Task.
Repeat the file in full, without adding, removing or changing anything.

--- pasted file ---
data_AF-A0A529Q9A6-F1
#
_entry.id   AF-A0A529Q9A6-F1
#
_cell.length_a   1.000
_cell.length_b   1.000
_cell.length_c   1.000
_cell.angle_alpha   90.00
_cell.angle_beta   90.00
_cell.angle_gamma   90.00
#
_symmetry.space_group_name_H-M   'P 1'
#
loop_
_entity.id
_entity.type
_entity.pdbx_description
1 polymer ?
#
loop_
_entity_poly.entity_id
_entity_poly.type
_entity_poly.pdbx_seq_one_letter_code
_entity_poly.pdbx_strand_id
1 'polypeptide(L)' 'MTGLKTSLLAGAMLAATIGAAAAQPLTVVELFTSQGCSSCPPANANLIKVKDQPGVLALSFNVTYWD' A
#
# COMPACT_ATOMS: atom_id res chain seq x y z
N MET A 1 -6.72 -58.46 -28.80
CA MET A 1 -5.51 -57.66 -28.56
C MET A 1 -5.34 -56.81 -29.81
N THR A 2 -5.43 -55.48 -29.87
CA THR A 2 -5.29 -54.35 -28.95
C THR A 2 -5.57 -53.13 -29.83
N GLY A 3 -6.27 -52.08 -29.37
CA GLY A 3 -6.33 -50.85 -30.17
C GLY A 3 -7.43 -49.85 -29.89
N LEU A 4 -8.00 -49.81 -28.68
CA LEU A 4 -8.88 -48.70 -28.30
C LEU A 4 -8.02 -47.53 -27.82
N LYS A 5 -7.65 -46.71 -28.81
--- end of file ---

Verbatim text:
data_AF-A0A529Q9A6-F1
#
_entry.id   AF-A0A529Q9A6-F1
#
_cell.length_a   1.000
_cell.length_b   1.000
_cell.length_c   1.000
_cell.angle_alpha   90.00
_cell.angle_beta   90.00
_cell.angle_gamma   90.00
#
_symmetry.space_group_name_H-M   'P 1'
#
loop_
_entity.id
_entity.type
_entity.pdbx_description
1 polymer ?
#
loop_
_entity_poly.entity_id
_entity_poly.type
_entity_poly.pdbx_seq_one_letter_code
_entity_poly.pdbx_strand_id
1 'polypeptide(L)' 'MTGLKTSLLAGAMLAATIGAAAAQPLTVVELFTSQGCSSCPPANANLIKVKDQPGVLALSFNVTYWD' A
#
# COMPACT_ATOMS: atom_id res chain seq x y z
N MET A 1 -6.72 -58.46 -28.80
CA MET A 1 -5.51 -57.66 -28.56
C MET A 1 -5.34 -56.81 -29.81
N THR A 2 -5.43 -55.48 -29.87
CA THR A 2 -5.29 -54.35 -28.95
C THR A 2 -5.57 -53.13 -29.83
N GLY A 3 -6.27 -52.08 -29.37
CA GLY A 3 -6.33 -50.85 -30.17
C GLY A 3 -7.43 -49.85 -29.89
N LEU A 4 -8.00 -49.81 -28.68
CA LEU A 4 -8.88 -48.70 -28.30
C LEU A 4 -8.02 -47.53 -27.82
N LYS A 5 -7.65 -46.71 -28.81